Originally posted by Ivan Rapkinov
            there's a difference in joining the military to serve your country, and joining a militia to shoot non-believers.

            in the Australian Army at least, psych testing weeds out the sociopaths before they join - which is why Hicks got continually rejected. Those joining to "experience the unexperiencable" don't get too far in the recruitment process.

            ofc, that's a whole other debate

            Probably why they rejected me , 'didn't play team sports' what a friggin jip.

            I'm sure many other armed forces are not so stringent.

            As for shooting non beleivers, it goes back to the 'one mans terrorist is another mans freedom fighter', or whatever it is, argument..
            Not lip service, nor obsequious homage to superiors, nor servile observance of forms and customs...the Australian army is proof that individualism is the best and not the worst foundation upon which to build up collective discipline - General Monash

            Comment


            • #7
              Originally posted by Temujin

              As for shooting non beleivers, it goes back to the 'one mans terrorist is another mans freedom fighter', or whatever it is, argument..
              Yes. And in this modern world where we are citizens of nations we are supposed to let our governments decide for us which one is which.
              ...a man that can stand up for a principle and sit down on his own stool.
              -the Firesign Theatre

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              • #8
                They are both guilty of at the very least being foreign mercenaries. Did they or would they attack Coalition forces? I think they certainly would have if given the chance and perhaps they did. What to do with them? No idea. Maybe lock them up in Afganistan until the world is a little calmer. Do we want them back? I don't think so because they have forfeited their privileges as citizens by taking up arms in support of our enemies.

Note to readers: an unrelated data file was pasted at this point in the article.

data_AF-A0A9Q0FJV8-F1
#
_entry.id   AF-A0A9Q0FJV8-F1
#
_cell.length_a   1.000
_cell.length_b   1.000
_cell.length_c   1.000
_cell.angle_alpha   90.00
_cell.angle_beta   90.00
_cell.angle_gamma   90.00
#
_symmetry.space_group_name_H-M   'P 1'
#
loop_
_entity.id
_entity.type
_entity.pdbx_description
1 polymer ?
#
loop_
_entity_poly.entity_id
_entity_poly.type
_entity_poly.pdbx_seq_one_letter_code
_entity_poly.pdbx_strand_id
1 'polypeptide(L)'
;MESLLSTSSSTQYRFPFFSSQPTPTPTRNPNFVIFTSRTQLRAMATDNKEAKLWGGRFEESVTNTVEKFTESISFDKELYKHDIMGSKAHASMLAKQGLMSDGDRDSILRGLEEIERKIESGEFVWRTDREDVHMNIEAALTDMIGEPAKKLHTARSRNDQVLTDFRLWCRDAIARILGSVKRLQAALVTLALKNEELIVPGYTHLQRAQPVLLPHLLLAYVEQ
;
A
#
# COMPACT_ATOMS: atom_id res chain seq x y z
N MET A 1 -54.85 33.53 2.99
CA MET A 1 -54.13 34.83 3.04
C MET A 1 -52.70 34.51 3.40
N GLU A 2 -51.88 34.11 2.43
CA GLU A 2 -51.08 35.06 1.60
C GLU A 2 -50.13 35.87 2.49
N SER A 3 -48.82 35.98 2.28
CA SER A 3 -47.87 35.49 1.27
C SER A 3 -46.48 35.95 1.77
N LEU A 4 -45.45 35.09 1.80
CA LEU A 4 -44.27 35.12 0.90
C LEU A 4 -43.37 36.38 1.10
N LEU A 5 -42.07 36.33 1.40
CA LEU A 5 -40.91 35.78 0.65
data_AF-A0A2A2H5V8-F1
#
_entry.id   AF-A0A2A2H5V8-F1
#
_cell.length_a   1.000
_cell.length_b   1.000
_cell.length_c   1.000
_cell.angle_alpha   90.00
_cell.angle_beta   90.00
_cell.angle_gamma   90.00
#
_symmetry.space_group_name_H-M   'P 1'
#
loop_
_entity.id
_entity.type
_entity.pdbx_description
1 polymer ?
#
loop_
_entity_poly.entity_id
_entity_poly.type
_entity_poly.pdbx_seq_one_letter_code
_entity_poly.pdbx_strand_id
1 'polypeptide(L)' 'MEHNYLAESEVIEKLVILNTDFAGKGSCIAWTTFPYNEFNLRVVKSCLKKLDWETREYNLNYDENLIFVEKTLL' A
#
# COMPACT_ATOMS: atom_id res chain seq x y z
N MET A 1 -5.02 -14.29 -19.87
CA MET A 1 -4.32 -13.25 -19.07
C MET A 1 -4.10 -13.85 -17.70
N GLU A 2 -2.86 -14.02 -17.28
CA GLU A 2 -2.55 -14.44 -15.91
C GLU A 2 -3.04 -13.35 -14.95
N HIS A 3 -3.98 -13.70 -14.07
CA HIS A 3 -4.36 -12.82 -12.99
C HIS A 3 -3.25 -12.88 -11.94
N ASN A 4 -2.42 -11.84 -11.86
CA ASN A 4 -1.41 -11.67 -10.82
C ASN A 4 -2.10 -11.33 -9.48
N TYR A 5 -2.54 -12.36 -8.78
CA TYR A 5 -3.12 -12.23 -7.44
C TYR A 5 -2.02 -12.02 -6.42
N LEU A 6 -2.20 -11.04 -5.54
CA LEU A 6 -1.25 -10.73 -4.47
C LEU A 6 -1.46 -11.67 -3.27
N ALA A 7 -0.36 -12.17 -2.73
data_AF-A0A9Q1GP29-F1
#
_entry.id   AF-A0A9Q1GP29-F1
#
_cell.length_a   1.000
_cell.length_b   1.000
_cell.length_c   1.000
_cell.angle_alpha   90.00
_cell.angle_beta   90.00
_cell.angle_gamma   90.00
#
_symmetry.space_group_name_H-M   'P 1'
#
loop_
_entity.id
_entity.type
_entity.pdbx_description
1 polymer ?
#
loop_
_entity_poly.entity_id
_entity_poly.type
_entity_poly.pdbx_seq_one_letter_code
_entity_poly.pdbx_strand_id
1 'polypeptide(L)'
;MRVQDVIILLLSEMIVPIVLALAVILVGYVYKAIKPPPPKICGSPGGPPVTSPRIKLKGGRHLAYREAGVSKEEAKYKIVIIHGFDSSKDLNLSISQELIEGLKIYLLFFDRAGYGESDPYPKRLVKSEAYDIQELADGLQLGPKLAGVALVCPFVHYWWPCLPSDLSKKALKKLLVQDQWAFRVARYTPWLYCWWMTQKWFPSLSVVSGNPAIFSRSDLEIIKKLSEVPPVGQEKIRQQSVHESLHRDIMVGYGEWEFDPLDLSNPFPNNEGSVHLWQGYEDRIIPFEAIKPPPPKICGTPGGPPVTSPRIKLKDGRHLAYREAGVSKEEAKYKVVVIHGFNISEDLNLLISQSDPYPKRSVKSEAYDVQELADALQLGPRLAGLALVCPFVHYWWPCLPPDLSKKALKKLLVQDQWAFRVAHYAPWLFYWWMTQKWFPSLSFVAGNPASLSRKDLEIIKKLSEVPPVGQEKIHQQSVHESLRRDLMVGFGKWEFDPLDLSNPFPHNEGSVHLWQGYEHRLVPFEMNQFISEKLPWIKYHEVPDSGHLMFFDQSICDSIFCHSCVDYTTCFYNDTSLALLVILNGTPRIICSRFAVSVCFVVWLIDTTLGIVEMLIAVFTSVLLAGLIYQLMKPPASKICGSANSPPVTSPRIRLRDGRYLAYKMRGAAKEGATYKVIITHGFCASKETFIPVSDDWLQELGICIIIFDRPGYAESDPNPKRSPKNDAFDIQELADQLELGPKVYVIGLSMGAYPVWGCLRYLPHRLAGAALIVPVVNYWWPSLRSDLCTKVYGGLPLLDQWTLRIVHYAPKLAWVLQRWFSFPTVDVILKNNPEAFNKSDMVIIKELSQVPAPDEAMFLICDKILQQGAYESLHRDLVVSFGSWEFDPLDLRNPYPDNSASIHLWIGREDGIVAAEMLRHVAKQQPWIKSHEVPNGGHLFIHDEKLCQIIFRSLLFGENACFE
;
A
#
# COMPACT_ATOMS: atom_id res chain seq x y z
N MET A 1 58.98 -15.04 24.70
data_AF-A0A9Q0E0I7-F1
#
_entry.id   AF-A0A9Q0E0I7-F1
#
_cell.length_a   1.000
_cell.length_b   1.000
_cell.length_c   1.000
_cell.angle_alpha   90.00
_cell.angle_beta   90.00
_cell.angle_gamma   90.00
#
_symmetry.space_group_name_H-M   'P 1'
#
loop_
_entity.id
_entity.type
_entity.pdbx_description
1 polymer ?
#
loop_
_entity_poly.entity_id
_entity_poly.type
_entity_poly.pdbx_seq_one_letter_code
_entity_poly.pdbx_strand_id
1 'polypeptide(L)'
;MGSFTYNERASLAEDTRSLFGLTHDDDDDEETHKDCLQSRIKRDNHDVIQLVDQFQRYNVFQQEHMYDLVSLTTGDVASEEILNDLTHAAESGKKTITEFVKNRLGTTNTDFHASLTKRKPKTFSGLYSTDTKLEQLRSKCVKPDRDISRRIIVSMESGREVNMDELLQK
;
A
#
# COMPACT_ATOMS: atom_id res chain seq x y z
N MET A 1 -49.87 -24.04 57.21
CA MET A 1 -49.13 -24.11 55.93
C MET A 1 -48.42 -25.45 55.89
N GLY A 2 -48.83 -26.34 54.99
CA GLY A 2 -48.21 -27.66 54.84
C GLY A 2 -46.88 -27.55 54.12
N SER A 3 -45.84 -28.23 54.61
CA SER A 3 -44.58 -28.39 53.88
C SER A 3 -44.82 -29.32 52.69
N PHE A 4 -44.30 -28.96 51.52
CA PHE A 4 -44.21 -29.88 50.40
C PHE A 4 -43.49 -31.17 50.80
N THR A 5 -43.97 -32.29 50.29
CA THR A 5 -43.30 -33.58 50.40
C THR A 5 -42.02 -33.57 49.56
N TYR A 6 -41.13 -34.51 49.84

Comment


                • #9
                  Originally posted by Tiberius
                  Yes. And in this modern world where we are citizens of nations we are supposed to let our governments decide for us which one is which.
                  Maybe they didnt hear Australia had declared war on the Taliban.
                  Not lip service, nor obsequious homage to superiors, nor servile observance of forms and customs...the Australian army is proof that individualism is the best and not the worst foundation upon which to build up collective discipline - General Monash

                  Comment


                  • #10
                    Originally posted by Temujin
                    Maybe they didnt hear Australia had declared war on the Taliban.
                    Did this happen? Australia had the guts and wherewithal to do something we did not? (not being sarcastic here: admiration)
                    One of the things that really disapointed me about our conduct of the 'war on terrorism' is that there have been no formal declarations and there easily could have been especially in the case of Afghanistan and the Taliban.
                    ...a man that can stand up for a principle and sit down on his own stool.
                    -the Firesign Theatre

                    Comment


                    • #11
                      Originally posted by Tiberius
                      Did this happen? Australia had the guts and wherewithal to do something we did not? (not being sarcastic here: admiration)
                      One of the things that really disapointed me about our conduct of the 'war on terrorism' is that there have been no formal declarations and there easily could have been especially in the case of Afghanistan and the Taliban.
                      My point exactly

                      Sorry i was reffering to PJ's comment 'I don't think so because they have forfeited their privileges as citizens by taking up arms in support of our enemies.' when i wrote that, got mixed up.

                      In that comment, how can one say he supported our enimies when we havn't declared war on them? Maybe a bill in was passed in parliament saying the Taliban were this or that, but is that enough to class them as an enemy?

                      With your comment, was the Taliban considered a terrorist organisation?

                      If so in both these cases the question of what these people new about the US and Australian involvement should be looked at.